A union carpenter by day, Melina Harris has spent her nights as president and champion of Sisters in the Building Trades, propelling it from a local Seattle forum to an international link for tradeswomen seeking to connect and find mentoring and support in their careers.
“After our launch in Seattle, we started getting phone calls from all over the U.S. and then from Canada, England and South Africa,” says Harris. “That’s when we realized there was a real need for this.” Harris’ two decades in the building trades as a member of carpenters’ Local 1797 inspired her advocacy. “I was having a hard time on the job but found that I was handling it damn well compared to so many others.”
Harris pushed for support for electrical line-worker apprentice Jennifer Smith in her fight to gain her journey card in the face of what she claimed was sexual harassment. Smith won journey status and a $250,000 settlement from the local utility board. The board and the electrical workers’ union also agreed to advance opportunities for minorities and women.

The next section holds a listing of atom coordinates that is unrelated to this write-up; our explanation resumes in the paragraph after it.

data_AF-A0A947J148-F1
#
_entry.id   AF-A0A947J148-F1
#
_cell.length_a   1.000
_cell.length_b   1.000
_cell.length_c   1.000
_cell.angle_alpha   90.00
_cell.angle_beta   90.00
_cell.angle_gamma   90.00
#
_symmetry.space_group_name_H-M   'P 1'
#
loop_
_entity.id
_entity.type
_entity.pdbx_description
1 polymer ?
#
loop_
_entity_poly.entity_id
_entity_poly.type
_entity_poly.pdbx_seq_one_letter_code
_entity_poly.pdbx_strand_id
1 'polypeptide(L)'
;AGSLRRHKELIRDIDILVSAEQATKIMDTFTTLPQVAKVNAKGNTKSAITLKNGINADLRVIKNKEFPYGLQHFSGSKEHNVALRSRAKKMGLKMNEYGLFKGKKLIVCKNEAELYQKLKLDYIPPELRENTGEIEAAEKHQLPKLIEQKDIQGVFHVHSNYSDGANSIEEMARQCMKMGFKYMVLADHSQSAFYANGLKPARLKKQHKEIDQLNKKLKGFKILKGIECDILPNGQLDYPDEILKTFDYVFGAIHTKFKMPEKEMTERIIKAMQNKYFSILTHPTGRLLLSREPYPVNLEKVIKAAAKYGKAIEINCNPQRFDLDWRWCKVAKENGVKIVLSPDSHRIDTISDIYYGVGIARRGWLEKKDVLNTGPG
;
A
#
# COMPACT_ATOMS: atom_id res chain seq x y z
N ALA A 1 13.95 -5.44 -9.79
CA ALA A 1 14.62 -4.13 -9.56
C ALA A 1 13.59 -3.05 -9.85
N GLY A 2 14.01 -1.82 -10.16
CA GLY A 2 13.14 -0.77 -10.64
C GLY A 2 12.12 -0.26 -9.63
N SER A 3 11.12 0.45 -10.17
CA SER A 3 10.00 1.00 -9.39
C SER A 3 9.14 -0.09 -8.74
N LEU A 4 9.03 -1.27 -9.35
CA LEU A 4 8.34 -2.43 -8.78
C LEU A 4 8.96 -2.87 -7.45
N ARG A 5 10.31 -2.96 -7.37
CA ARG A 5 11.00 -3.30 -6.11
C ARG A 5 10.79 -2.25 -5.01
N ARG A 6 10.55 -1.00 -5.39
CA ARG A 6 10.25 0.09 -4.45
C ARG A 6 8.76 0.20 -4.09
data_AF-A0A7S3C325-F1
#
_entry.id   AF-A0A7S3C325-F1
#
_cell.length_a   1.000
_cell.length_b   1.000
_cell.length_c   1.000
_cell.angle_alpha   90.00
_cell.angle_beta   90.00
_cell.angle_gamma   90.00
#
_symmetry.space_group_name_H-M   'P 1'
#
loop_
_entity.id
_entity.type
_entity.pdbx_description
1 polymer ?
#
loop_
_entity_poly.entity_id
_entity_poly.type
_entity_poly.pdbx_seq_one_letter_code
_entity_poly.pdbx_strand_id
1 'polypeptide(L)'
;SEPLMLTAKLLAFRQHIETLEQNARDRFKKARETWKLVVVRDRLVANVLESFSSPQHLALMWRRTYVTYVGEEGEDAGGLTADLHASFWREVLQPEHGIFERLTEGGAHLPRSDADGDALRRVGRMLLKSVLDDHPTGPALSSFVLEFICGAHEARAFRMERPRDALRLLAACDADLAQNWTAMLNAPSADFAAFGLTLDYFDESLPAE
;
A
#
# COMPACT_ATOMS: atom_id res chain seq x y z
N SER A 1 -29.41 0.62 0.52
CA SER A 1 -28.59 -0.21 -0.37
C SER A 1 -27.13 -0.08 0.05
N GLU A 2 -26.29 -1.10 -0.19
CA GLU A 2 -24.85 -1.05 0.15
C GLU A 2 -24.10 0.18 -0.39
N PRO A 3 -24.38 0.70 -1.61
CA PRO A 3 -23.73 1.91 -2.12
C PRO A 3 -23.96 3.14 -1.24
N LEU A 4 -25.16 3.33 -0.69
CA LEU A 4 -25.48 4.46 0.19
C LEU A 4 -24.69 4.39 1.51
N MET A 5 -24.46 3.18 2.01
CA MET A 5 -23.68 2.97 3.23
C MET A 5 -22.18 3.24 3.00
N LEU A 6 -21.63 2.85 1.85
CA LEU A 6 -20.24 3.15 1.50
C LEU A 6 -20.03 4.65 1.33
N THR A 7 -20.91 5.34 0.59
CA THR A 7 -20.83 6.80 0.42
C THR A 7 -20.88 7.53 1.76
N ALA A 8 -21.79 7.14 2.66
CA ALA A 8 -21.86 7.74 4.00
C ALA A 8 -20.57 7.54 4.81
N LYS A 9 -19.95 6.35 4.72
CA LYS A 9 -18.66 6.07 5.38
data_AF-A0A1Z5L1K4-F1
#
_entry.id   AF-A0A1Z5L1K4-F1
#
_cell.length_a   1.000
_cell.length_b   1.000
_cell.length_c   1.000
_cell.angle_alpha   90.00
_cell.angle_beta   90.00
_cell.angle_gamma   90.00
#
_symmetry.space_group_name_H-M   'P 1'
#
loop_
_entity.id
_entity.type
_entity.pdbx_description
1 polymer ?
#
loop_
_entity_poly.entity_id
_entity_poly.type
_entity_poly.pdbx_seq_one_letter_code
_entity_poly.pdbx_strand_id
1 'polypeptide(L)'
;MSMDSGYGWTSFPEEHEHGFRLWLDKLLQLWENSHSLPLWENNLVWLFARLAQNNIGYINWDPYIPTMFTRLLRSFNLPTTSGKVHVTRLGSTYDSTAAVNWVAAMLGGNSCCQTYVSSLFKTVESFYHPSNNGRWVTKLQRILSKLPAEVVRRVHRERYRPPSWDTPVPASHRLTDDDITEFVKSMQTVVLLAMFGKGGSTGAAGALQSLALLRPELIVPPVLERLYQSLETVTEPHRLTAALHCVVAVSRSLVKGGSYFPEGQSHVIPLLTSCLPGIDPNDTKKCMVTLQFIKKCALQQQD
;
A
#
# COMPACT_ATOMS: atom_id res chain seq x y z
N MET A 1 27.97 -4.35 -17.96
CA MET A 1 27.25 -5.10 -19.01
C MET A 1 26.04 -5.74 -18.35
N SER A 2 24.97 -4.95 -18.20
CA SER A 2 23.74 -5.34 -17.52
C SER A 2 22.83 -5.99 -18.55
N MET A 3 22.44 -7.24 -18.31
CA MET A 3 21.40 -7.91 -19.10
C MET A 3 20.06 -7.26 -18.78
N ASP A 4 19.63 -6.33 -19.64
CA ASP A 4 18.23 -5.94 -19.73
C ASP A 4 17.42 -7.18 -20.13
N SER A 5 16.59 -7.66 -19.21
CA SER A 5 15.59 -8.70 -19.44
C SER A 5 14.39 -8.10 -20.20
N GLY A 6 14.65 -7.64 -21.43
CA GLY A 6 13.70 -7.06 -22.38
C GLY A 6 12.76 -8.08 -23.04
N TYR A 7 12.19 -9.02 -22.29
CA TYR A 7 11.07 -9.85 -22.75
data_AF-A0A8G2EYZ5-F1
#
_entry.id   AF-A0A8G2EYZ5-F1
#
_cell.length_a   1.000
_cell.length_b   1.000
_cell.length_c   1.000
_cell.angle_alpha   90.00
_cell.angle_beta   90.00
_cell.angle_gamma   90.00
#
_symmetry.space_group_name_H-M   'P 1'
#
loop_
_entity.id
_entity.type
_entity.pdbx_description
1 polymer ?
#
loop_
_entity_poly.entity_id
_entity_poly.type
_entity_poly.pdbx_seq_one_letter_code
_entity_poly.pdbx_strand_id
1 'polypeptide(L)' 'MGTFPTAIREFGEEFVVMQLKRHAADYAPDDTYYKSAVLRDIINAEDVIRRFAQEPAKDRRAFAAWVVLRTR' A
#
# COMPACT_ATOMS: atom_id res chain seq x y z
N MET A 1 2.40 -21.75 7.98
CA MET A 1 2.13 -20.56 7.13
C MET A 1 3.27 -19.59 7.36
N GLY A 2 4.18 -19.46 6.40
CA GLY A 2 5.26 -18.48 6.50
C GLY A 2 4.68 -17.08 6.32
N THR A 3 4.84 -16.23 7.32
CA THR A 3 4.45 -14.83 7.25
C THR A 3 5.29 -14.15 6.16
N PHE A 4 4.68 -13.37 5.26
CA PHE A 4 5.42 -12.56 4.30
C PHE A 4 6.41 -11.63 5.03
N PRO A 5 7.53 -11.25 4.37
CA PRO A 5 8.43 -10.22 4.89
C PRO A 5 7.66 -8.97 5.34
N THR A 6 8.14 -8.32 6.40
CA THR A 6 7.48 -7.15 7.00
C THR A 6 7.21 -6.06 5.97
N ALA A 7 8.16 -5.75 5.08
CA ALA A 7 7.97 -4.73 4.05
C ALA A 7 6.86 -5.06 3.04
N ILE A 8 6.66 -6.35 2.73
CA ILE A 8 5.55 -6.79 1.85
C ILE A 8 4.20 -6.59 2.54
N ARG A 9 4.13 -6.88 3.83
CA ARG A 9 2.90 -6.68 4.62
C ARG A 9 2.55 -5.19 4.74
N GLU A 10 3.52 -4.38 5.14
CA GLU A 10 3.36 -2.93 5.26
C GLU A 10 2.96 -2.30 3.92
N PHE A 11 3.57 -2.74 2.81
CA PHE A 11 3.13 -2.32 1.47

Harris’ efforts have helped tradeswomen in the U.K., Australia and South Africa, among other countries, learn about workers’ rights, career paths and mentoring opportunities in their own construction markets. She was instrumental in helping Australian tradeswomen form their first-ever networking group.
Harris now is using her group’s expertise and contacts in local emergency response to develop the Building Trades Disaster Response Project, an initiative in Seattle and beyond to coordinate training efforts between building trades’ members and local, state and federal officials. “She puts herself last,” says Selena Cryer, an ironworkers’ union member in Oklahoma.